Saab hangs on... for now
GM delays a decision on the Swedish brand's ultimate fate until the end of the month.
NEW YORK (CNNMoney.com) -- General Motors has put off a decision on what to do with its struggling Saab brand until the end of December, the company said Tuesday.
While many wonder if the Swedish auto brand will continue to exist, one thing that's clear: Saab will no longer be part of GM, as it has been since 1989.
GM announced last week that a proposed deal to sell Saab to Swedish supercar manufacturer Koenigsegg Group AB had fallen through.
Christian von Koenigsegg, managing Koenigsegg said the financing was available to do the deal, but that the complexity of the transaction made it impossible to bring it to a timely conclusion needed to turn Saab around.
"We have a great belief in Saab...their product range and what the deal promised," he told CNN International last Tuesday. "The problem is we can still not see a date when the deal can be finalized."
GM is in the process of shutting down its Pontiac brand and selling the Hummer unit to a Chinese manufacturer. It had also sought to sell its Saturn brand to auto dealer Penske Automotive Group, but when that deal fell through it began shutting down Saturn.
Saab is a high-end niche player in the U.S. market. With doubts about its future, its market presence here has fallen to almost insignificant levels. But nearly 80% of Saab sales are outside the United States.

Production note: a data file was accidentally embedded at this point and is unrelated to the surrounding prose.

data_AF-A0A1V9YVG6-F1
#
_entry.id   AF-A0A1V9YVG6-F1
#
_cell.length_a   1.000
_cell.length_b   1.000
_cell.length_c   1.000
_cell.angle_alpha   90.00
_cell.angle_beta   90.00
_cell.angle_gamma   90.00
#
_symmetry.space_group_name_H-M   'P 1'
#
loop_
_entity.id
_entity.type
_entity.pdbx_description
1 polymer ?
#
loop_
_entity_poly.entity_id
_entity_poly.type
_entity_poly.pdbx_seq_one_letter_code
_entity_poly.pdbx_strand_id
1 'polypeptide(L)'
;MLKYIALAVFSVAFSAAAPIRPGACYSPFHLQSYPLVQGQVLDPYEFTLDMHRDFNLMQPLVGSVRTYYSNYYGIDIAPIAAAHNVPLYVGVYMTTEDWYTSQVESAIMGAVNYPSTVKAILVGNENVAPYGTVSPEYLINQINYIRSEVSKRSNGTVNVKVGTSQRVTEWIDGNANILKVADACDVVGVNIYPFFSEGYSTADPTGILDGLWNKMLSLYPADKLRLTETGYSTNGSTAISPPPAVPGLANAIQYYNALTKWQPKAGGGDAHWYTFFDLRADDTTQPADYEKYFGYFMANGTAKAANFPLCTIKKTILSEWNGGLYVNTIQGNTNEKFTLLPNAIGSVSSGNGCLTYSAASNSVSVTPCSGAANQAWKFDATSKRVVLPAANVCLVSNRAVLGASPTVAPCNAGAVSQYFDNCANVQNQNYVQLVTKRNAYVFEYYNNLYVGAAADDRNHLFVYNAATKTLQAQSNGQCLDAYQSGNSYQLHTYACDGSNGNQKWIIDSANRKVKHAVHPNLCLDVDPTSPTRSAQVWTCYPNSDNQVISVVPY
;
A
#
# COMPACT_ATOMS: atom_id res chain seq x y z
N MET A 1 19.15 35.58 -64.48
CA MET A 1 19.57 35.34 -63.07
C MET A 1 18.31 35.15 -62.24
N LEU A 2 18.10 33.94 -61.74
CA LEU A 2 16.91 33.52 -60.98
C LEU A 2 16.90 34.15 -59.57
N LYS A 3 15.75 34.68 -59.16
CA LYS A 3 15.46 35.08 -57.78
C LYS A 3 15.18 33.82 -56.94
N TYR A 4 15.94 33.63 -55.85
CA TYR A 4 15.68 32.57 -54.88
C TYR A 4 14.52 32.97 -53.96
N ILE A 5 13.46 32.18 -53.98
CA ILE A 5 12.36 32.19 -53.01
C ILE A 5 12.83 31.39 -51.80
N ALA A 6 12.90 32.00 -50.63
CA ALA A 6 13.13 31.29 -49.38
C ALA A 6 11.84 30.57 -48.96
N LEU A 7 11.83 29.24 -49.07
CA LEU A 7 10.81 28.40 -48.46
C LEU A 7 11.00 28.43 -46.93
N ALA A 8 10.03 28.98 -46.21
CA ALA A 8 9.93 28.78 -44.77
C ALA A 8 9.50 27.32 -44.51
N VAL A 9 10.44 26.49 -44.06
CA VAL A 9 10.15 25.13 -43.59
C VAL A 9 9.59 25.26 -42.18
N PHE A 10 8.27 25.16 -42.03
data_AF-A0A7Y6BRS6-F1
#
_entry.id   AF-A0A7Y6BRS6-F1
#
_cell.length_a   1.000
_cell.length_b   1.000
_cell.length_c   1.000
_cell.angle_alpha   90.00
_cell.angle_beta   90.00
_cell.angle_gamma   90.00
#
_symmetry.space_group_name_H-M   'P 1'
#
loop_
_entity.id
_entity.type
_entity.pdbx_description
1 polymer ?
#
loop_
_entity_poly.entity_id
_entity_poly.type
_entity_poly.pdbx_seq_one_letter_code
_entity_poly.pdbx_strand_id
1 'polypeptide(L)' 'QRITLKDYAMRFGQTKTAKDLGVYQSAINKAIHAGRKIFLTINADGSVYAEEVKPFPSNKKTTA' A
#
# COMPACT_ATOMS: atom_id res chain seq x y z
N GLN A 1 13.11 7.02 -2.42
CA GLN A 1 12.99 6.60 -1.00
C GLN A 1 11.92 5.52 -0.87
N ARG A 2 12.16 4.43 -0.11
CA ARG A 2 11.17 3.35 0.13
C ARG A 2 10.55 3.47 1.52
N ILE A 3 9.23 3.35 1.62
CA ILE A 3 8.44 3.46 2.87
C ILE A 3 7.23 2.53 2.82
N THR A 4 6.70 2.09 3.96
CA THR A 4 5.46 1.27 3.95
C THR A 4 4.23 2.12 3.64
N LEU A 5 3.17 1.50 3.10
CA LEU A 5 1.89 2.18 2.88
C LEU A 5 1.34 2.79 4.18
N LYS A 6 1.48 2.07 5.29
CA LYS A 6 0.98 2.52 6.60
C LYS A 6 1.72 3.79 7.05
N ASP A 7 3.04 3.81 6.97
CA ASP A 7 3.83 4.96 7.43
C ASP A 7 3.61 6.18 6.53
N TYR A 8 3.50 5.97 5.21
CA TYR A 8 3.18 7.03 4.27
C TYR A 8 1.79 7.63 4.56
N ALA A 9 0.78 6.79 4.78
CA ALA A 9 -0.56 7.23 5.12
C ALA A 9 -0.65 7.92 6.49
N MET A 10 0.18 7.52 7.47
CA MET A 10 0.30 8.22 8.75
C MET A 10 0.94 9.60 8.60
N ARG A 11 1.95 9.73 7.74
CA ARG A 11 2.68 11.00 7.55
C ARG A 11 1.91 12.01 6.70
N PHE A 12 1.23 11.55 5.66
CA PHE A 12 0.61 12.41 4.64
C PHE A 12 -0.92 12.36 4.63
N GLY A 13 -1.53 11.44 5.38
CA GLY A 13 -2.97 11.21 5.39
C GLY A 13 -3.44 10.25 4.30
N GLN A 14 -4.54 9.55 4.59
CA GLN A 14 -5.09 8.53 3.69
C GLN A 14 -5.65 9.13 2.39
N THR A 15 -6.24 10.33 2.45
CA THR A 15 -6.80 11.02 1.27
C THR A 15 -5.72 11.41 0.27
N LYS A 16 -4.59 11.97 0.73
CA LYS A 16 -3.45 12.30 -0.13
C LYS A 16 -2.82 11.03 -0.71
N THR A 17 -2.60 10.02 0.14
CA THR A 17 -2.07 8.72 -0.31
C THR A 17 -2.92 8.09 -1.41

It sold only 7,812 vehicles in the United States through the first 11 months of this year, the least of any GM brand and down 61% from a year ago.
GM recently decided to retain ownership of Opel, its primary European brand, rather than to sell a majority stake in that unit to a group led by Canadian auto parts maker Magna International.
GM said the decision to hang onto Opel was due to an improving business environment over the past few months and the importance of Opel and to GM's global strategy. It said it would seek help from European governments with the €3 billion, or $4.5 billion, in estimated restructure costs for the Opel unit.
The decision to hang onto Opel could affect its decision on whether to retain or close Saab if another buyer can't be found. Krebs said that Opel already had excess manufacturing capacity in Europe and trying to fold Saab into GM's European operations going forward will only add to the expense and difficulty of that reorganization.